As part of celebrations of the emblem’s first appearance at a motor race at Spa-Francorchamps on July 9, 1932, the decals on the cars of Charles Leclerc and Carlos Sainz at the Red Bull Ring were swapped.
Although the iconic Ferrari logo hasn’t changed dramatically over the years, there are subtle differences between the contemporary version and the one originally released.
The original horse was less stylized, and the letters S and F, which stood for Scuderia Ferrari, were smaller and much further apart.
The Prancing Horse was originally the emblem of aviator and Italian World War I hero Francesco Baracca, whose family suggested to Enzo Ferrari that it be used as a good luck charm on his racing cars.
Recalling how the idea for the logo came about, Ferrari once explained that it was a completely chance meeting with Baracca’s parents.
“When I won my first Savio Circuit in Ravenna in 1923, I met Count Enrico Baracca and Countess Paolina, parents of the flying hero,” he wrote.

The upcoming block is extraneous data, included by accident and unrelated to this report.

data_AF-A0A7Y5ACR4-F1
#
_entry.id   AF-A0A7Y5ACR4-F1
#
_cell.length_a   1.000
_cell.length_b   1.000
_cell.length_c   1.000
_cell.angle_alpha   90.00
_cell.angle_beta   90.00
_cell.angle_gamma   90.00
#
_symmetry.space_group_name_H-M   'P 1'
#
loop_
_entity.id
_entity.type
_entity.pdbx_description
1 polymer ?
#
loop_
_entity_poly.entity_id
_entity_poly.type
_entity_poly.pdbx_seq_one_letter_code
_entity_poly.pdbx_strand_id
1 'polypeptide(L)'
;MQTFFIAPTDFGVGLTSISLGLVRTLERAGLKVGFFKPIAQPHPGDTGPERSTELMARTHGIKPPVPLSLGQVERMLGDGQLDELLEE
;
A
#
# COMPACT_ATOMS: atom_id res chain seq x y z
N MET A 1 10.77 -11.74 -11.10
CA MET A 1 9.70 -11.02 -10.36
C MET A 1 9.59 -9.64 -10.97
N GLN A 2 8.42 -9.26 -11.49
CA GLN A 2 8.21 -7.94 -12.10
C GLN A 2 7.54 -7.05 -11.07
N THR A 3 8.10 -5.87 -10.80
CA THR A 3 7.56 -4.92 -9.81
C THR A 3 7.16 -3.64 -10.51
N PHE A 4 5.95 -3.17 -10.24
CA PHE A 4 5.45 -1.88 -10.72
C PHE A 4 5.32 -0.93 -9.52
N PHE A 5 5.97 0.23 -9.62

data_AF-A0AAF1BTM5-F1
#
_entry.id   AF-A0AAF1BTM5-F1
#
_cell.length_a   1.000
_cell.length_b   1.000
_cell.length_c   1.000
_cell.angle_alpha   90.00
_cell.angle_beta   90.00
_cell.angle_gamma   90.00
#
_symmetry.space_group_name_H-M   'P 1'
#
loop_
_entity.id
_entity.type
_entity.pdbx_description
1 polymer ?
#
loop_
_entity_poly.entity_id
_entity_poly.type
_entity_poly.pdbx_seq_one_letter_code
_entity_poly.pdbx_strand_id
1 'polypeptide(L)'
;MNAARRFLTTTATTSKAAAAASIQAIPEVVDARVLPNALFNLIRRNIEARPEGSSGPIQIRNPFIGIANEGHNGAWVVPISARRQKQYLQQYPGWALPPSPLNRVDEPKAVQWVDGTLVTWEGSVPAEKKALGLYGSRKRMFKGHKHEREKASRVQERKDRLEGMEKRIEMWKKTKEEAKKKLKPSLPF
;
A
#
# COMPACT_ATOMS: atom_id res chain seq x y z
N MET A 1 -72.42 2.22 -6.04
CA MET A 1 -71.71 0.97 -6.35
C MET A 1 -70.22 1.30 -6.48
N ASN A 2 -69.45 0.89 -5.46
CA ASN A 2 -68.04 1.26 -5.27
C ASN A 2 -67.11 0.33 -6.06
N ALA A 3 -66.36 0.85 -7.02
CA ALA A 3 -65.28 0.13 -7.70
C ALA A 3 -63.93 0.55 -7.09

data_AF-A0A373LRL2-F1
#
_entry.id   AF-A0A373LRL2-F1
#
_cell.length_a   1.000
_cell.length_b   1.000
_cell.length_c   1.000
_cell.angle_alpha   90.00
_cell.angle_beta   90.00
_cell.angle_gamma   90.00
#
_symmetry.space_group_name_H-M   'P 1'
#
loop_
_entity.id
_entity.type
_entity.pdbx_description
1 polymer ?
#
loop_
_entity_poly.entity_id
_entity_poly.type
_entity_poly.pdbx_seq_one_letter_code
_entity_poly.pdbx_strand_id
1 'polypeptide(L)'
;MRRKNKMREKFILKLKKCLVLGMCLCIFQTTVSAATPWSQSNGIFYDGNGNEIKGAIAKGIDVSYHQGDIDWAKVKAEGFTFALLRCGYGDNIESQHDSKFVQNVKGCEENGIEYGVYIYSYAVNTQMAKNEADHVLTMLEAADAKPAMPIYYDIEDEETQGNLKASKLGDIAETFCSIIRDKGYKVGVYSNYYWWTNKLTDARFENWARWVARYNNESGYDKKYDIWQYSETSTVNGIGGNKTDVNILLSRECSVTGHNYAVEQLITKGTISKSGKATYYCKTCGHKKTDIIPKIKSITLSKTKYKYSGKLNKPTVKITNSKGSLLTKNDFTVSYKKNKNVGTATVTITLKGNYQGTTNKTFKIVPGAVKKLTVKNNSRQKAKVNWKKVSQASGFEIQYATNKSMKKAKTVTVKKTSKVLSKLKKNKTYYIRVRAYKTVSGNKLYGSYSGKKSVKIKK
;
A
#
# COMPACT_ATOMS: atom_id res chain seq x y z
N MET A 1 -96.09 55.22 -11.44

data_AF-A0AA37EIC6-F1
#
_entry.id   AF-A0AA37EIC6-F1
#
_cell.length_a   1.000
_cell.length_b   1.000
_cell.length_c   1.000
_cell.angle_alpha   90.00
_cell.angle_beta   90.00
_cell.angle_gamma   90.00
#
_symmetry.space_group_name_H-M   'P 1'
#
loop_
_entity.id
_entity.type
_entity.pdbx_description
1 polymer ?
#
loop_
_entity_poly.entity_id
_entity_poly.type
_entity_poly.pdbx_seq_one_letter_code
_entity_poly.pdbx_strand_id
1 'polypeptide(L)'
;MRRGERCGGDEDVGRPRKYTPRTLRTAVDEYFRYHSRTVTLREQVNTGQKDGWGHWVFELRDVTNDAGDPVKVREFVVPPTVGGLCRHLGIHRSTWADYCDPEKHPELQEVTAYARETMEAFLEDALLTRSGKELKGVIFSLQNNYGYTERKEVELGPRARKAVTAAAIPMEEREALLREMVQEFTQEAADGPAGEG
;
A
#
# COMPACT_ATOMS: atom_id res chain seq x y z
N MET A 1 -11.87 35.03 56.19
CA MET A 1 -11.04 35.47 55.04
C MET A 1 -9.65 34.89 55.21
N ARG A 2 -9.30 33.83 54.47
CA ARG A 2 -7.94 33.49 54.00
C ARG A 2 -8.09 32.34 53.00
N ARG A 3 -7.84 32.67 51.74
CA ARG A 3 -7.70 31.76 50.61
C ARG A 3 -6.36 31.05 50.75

“One day the Countess said to me: ‘Ferrari, why don’t you put my son’s Prancing Horse on your cars? It will bring you good luck.’ The horse was and remains black, I added the canary yellow background, the color of the city of Modena.”
In addition to the yellow for Modena, which is close to Ferrari’s Maranello base, the Prancing Horse logo features the colors of the Italian flag at the top.
The logos first appeared on a Scuderia Ferrari entrant at the 1932 24 Hours of Spa.
They were painted on the Alfa Romeo 8C 2300 MM used by Ferrari. Thanks to the pairings of Antonio Brivio and Eugenio Siena and Piero Taruffi and Guido d’Ippolito, the team achieved a 1-2 finish
The Prancing Horse logos on Ferrari’s 488 GTE cars competing in this weekend’s Monza World Endurance Championship event will also be replaced with the original version as part of the celebrations.
#52 AF Corse Ferrari 488 GTE EVO driven by Miguel Molina, Antonio Fuoco
Photo by: Paul Foster